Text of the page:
A temporary waterfront park on Manhattan's Pier 42
Lower Manhattan Cultural Council
New York, New York
Tobias Armborst, Daniel D’Oca, Georgeen Theodore, Rebecca Beyer Winik
Planter Construction: Andrew Coslow
Trees provided by New York Restoration Project (NYRP) as part of Million Trees NYC Initiative - a joint initiative led by NYRP and NYC Parks to plant and care for one million new trees throughout New York City's five boroughs.
NYRP is a non-profit organization dedicated to transforming open space in underserved communities to create a greener, more sustainable New York City. Visit www.nyrp.org to learn more.
Hurricane Sandy damaged more trees in the New York area than any previous storm on record, destroying close to 10,000 in New York City alone. Not surprisingly, New York City’s waterfront communities were particularly hard it. In Manhattan, for example, the parks of the large “tower-in-the-park” developments that dominate the Lower East Side’s waterfront–many of them NYCHA properties–were ravaged beyond recognition. To remedy this situation, NYCHA turned to the New York Restoration Project, who, through the MillionTreesNYC initiative, has agreed to plant thousands of new trees on NYCHA properties across the city.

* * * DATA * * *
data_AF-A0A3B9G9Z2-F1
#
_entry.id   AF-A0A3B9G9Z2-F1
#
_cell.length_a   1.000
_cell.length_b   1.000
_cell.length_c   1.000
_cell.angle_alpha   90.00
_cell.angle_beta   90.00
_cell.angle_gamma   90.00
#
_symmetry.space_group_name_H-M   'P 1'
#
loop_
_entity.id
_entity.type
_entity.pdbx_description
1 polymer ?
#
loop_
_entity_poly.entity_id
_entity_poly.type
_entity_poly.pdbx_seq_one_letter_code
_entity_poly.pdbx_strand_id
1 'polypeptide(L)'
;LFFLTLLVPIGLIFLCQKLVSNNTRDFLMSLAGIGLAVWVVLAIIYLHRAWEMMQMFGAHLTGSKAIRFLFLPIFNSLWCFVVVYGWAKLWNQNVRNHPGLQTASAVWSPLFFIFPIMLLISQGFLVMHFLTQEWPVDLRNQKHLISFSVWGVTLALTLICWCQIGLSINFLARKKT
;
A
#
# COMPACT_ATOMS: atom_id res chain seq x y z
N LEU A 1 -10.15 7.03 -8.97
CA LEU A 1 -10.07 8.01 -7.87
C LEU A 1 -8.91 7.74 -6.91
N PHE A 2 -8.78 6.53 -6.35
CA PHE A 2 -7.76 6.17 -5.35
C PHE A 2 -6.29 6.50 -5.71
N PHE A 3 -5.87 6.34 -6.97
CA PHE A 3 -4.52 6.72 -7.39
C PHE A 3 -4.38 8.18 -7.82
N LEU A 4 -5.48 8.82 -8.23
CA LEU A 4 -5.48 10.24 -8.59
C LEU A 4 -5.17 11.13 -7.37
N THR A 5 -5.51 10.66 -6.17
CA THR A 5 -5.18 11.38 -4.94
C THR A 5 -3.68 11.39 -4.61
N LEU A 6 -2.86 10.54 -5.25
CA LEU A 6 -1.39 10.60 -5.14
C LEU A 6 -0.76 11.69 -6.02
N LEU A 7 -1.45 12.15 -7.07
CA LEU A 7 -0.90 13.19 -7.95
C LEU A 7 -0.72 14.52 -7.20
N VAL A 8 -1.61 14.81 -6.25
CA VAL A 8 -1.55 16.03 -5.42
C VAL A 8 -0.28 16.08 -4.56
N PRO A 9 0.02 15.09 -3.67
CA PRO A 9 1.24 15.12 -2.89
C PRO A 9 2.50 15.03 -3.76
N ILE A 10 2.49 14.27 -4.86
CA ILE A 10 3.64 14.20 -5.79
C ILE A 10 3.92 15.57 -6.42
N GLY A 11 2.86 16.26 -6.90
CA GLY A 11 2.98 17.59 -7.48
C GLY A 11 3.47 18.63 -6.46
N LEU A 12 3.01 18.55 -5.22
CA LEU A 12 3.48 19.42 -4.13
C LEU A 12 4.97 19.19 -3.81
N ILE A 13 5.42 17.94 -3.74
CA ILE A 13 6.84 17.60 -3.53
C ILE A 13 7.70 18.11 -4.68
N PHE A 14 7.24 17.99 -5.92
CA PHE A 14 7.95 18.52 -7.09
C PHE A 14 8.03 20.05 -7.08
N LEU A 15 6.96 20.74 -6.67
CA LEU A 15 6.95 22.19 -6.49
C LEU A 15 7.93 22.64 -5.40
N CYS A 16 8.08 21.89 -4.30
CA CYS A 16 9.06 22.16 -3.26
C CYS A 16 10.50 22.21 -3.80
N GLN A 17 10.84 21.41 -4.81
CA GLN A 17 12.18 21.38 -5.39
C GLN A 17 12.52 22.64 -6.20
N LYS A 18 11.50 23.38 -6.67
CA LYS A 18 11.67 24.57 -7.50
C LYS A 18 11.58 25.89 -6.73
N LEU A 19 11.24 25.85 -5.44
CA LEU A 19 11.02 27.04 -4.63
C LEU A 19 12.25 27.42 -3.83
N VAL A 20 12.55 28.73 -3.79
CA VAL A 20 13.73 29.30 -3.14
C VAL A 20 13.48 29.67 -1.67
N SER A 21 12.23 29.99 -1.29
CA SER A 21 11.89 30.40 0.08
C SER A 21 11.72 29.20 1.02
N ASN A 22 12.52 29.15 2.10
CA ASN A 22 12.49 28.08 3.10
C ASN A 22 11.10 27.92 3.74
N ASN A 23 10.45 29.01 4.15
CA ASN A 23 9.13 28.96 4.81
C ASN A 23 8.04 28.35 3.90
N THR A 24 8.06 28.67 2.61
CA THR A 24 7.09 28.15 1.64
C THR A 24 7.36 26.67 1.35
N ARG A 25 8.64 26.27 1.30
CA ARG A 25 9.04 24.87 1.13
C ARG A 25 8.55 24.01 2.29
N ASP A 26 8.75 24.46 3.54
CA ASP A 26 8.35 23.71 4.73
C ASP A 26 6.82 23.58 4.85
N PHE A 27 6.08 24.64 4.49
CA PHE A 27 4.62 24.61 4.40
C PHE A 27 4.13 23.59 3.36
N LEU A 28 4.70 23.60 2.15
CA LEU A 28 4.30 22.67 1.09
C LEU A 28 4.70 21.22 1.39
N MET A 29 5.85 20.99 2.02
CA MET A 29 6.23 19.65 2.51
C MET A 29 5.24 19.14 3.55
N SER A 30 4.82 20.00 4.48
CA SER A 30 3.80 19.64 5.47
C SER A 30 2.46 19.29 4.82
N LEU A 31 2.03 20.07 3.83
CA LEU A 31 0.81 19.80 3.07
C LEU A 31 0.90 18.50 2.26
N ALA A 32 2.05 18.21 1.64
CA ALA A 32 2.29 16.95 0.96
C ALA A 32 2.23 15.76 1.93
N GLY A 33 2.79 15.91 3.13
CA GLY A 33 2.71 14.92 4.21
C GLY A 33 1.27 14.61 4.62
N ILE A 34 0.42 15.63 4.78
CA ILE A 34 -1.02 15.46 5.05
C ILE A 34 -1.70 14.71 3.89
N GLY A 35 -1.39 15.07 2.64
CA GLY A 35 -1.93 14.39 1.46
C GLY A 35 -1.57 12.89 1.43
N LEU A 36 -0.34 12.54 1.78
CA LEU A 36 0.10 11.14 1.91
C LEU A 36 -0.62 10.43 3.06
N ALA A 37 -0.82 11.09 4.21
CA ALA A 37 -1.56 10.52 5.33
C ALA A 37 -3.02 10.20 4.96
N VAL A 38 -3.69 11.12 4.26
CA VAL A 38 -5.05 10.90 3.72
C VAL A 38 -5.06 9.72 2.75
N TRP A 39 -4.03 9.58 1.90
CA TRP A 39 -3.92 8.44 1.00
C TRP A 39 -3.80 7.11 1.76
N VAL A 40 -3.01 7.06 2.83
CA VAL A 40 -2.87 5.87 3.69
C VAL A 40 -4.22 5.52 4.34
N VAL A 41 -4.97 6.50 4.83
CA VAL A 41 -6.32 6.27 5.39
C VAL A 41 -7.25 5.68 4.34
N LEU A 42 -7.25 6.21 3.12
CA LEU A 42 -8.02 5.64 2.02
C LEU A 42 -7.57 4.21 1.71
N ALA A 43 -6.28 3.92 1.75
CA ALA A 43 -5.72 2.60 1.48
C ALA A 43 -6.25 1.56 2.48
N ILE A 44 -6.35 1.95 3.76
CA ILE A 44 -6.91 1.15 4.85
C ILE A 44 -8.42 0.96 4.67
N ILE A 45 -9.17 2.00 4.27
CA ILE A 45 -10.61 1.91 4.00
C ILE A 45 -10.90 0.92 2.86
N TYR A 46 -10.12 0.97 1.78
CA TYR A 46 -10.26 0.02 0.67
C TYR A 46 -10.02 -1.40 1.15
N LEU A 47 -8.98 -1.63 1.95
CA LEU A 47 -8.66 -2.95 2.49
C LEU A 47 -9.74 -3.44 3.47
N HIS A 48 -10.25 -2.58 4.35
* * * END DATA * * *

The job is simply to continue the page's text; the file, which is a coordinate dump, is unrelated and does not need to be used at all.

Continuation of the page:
For “Rest Stop,” we are further leveraging this good will by temporarily “holding” twenty of these NYCHA-bound trees at Pier 42, which has an immediate need for shade and green.
While at Pier 42, the trees are held in planters that also double as benches and tables. Built with recycled scaffolding lumber, and arranged in rows, the planters will offer park-goers the experience of a quiet, shady grove.
Over the summer, the Lower East Side Ecology Center’s Summer Street Tree Interns help water, and care for the trees.
The material cycle of Rest Stop
Rest Stop Planter